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Expanded Diary of Pedro Font

Friday, February 23.—I said Mass. We set out from Agua Escondida at eight o'clock in the morning, and at half past six in the afternoon arrived at the Santa Clara River, having traveled some fifteen leagues, three to the west-southwest, five to the west, one to the northwest in order to reach the long grade [Footnote 240] and finally, having descended the slope, some six west to the river. [Footnote 241] —Fifteen leagues.

The road in parts is level, and in parts one goes up and down the ridges until one reaches the long grade, from which one sees the sea and the first islands of the Channel of Santa Barbara. Descending this ridge, one finishes crossing the range which, as I said yesterday, extends from the Sierra Madre and ends at the sea. Then one enters a plain extending more than five leagues to the river and beyond. The range has many oaks and live oaks and other trees, and likewise some watering places, like those of E1 Triunfo and Los Conejos, and in it we saw four small villages. The camp site is somewhat lacking in firewood and the river is very miry and bad when it rises, but is was now low. Near it there was a fairly large village whose Indians had fish, because it is near the sea; and on the river there were many geese, ducks, cranes, and other fowl. We saw in the plain a very large drove of antelopes which, as soon as they saw us, fled like the wind, looking like a cloud skimming along the earth.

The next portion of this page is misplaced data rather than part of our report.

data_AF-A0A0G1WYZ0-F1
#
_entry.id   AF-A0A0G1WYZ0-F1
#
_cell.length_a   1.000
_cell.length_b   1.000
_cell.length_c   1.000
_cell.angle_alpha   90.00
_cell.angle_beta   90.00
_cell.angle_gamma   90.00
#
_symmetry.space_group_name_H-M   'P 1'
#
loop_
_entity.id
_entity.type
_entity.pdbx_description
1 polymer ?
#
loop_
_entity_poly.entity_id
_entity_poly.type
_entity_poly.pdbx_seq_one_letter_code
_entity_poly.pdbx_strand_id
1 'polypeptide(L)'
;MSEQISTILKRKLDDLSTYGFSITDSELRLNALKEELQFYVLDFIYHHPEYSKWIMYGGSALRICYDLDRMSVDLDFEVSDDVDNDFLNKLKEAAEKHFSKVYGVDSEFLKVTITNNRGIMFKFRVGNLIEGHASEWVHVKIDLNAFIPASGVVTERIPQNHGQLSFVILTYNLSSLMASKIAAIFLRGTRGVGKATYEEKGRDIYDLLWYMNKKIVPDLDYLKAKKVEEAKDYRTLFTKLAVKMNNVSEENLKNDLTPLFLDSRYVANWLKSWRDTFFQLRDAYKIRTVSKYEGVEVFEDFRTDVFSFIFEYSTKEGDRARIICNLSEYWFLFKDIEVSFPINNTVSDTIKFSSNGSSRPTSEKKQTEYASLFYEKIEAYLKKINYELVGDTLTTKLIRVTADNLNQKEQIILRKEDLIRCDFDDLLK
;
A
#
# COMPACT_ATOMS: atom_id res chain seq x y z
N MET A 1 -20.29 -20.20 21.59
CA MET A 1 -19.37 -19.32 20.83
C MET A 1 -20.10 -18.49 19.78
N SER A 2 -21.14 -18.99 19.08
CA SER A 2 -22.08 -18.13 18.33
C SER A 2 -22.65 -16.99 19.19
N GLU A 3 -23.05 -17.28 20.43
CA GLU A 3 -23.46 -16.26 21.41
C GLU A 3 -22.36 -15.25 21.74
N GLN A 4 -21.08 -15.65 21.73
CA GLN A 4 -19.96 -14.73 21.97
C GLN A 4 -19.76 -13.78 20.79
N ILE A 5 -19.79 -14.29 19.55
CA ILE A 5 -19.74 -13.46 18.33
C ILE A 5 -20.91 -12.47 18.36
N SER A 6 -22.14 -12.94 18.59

In the course of today we saw several Indians, all unarmed and naked. The women were very cautious and hardly a one left their huts, because the soldiers of Monterey, since they were not married, had offended them with various excesses which the unbridling of their passions caused them to commit with them. This shyness I observed in all the villages of the Channel. At the foot of the Cuesta Grande, near a small village, there is a spring of water like a well; and at twelve paces from it there is a good-sized spring of asphalt [Footnote 242] which rises right there, and I learned afterward that near the mission of San Gabriel there is another one. At sunset a very thick fog arose from the sea, with which the day ended very much clouded over, and the night was very dark. This matter of the fog is very common and continuous on those seas and coasts, but it is not injurious.

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